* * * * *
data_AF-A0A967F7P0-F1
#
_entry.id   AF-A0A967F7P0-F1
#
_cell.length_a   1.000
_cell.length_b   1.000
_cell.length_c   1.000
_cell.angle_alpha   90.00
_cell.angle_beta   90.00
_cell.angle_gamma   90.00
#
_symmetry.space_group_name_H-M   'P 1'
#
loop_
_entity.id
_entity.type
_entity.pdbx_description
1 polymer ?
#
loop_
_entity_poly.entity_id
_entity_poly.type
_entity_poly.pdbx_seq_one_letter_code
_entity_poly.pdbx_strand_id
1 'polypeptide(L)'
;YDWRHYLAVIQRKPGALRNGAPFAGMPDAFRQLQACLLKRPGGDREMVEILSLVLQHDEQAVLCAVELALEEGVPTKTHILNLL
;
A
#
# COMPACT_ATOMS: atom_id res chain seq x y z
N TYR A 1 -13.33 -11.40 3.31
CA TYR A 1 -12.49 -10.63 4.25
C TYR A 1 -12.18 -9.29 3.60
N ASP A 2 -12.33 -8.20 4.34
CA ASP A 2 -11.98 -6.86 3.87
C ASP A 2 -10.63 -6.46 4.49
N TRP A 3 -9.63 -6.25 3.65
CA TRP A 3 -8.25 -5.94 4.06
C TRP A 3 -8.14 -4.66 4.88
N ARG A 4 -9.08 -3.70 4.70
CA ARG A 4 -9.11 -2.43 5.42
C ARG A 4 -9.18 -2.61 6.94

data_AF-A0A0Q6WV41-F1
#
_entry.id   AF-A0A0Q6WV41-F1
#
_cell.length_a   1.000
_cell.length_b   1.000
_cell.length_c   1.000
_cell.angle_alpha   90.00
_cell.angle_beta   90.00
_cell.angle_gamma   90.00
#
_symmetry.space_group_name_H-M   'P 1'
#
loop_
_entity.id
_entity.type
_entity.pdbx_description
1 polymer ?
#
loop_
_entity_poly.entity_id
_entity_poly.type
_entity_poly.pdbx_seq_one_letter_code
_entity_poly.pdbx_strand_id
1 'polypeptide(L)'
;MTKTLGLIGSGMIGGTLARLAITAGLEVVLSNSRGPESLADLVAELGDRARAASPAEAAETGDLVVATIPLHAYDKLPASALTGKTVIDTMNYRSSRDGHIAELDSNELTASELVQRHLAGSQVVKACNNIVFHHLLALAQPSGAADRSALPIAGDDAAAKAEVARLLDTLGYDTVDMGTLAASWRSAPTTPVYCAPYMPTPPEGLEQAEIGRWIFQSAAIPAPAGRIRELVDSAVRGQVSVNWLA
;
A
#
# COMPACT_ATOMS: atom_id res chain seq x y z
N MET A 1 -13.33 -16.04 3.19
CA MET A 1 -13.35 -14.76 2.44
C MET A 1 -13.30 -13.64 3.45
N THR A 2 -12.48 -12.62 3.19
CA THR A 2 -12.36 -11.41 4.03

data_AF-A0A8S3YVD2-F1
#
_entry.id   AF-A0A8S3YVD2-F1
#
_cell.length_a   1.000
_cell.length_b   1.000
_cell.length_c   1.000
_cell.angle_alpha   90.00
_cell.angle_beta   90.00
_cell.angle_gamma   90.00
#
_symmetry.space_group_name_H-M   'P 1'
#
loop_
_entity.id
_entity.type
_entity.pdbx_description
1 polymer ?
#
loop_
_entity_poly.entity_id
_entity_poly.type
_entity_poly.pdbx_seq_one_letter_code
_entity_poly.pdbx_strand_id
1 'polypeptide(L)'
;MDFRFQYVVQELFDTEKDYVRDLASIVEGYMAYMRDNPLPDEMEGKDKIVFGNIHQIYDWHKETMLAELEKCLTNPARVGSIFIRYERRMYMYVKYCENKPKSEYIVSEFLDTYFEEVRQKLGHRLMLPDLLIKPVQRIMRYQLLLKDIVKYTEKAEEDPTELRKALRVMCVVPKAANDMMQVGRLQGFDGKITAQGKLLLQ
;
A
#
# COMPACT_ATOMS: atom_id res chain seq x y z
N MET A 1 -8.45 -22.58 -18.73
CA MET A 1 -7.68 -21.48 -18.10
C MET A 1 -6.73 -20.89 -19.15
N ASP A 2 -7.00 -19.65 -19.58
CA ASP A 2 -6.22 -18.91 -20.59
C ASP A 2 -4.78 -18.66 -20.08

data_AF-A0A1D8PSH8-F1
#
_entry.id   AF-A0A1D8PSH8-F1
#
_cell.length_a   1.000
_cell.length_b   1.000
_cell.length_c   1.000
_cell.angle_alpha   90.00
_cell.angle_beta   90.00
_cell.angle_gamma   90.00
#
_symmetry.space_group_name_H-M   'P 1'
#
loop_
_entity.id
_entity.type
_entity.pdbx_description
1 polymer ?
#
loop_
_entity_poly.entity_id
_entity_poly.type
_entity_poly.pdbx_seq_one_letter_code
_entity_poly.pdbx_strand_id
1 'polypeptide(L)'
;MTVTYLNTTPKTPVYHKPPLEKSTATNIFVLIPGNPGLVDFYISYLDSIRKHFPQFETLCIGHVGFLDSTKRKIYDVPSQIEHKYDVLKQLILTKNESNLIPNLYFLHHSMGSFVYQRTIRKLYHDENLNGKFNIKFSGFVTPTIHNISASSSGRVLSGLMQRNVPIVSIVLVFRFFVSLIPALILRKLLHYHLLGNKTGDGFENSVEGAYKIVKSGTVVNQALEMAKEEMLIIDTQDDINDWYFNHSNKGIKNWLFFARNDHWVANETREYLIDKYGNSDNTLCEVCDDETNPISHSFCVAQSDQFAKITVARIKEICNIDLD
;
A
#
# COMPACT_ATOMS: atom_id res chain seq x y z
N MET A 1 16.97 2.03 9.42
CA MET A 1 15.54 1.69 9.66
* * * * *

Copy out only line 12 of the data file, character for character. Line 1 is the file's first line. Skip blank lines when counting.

_symmetry.space_group_name_H-M   'P 1'